• Mrs. Groovy

      Thanks for the good wishes, Martin. You’re too funny! You crapped yourself…I spoke with a county arborist about the tree. He said with vertical damage most likely the tree will live. I called him while I was waiting to find out if replacing the tree is our responsibility or the homeowners’ association. I was relieved to learn it’s the association’s responsibility. Its location is beyond our sidewalk and is considered common area.

      What were you doing waiting for the storm to build? I hope you learned not to do that anymore! That reminds me of living on Long Island near the beach where some numb-skulls went out to swim in the surf before storms. At least one person drowned every year.

  7. I’m so glad you both are ok! I wish more people took weather seriously. I lived in tornado-land for a long time and I just am super prepared for everything. My girlfriend’s momma appreciates it, because she now knows that her daughter has a few days’ supply of fresh water and plenty of nonperishable food at her place. I also inspect her flashlights and smoke detectors for proper battery power. No candles, but, the place is small (and not clean enough for that to be safe).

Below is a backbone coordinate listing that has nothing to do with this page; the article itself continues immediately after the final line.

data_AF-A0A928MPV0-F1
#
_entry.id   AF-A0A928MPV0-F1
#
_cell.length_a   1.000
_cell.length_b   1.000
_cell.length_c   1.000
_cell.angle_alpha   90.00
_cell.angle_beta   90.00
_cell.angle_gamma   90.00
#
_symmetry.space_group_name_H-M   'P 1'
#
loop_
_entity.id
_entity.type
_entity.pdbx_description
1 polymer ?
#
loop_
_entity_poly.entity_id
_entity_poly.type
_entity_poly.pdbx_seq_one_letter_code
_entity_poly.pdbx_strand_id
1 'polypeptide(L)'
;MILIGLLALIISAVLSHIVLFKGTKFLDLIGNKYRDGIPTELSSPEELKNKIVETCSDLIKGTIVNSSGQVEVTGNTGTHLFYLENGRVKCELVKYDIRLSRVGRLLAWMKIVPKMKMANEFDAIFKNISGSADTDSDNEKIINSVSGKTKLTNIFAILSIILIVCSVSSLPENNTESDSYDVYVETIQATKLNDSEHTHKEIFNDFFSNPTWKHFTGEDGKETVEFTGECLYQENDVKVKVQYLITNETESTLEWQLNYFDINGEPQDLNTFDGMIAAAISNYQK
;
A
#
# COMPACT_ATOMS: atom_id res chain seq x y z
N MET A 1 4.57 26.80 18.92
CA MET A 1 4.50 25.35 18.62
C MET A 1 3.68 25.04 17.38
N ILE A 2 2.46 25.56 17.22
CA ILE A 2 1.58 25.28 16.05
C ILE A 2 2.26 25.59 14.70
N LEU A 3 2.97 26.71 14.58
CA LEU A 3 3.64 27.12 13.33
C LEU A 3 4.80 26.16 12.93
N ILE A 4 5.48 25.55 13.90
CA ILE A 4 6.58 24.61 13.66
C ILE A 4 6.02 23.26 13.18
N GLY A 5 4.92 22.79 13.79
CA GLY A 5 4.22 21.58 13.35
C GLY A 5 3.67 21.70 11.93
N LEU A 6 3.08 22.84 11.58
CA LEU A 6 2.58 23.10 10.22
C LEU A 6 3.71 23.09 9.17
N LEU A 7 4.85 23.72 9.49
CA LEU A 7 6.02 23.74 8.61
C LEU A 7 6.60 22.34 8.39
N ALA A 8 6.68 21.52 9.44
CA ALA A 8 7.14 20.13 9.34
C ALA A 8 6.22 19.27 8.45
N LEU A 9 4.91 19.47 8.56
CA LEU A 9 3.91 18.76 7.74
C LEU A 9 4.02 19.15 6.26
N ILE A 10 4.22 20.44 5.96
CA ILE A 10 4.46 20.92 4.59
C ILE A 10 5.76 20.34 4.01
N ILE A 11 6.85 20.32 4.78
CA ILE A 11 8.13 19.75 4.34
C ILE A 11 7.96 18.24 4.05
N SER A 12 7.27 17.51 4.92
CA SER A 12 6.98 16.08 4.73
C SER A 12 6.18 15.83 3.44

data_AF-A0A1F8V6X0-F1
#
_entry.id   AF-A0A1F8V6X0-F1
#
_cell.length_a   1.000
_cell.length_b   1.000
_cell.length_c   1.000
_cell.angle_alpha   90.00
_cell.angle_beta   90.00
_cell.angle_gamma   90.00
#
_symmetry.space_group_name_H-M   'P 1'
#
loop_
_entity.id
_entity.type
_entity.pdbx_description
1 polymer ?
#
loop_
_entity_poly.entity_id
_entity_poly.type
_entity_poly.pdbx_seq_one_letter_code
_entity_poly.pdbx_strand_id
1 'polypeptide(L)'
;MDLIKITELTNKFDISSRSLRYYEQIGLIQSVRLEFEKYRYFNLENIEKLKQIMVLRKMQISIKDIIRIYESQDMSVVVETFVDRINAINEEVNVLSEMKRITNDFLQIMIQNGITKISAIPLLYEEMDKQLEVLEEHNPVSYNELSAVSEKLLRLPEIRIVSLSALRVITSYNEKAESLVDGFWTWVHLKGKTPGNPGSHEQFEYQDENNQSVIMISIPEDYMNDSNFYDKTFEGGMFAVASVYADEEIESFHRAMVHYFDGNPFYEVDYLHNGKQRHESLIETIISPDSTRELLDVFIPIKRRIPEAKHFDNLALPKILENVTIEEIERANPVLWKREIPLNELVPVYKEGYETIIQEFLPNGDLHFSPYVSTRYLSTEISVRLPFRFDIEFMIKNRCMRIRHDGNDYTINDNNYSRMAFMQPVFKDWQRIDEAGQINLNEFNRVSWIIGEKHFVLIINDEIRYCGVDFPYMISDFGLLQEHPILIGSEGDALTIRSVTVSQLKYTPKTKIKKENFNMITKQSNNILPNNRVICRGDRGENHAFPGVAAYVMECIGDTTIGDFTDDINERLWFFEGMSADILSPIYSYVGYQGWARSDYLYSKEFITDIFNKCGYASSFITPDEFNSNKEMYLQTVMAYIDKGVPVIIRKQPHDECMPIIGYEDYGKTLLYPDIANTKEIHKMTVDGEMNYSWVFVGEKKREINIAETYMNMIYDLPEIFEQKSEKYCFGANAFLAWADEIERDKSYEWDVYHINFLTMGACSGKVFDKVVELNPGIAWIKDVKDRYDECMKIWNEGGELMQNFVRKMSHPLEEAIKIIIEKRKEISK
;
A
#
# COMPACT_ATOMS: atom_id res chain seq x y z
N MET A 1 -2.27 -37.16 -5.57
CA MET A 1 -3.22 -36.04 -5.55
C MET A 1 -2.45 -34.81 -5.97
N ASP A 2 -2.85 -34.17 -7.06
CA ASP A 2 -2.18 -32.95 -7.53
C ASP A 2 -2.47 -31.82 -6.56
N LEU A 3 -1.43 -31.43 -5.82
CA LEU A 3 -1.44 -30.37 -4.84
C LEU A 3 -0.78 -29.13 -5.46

The worst thing I saw as a middle schooler was watching the oak tree in front of our house bend to touch the ground once before it snapped and fell. The wind was bad, but the tree had a rotten core. I was so scared that the other trees would fall.

    • Mrs. Groovy

      Thanks, ZJ! I know, mother nature is no joke! Tornado-land would freak me out. I’m so glad you never got hurt and learned to prepare.

      You just reminded me that our flashlights don’t work. You think we would have replaced them after our electricity went out for a few hours recently? And we were left in the dark for several hours? But nooooo. I’m adding that to my weekend list right now.

  8. Glad you are all okay! Can’t even imagine how scary that was…and his frustrating to be dismissed like that! We lost our whole shed, part of our roof, and a few pieces of siding during a microburst in the spring 😁 The metal frame on the shed looked like someone tied a shoe lace.

    • Mrs. Groovy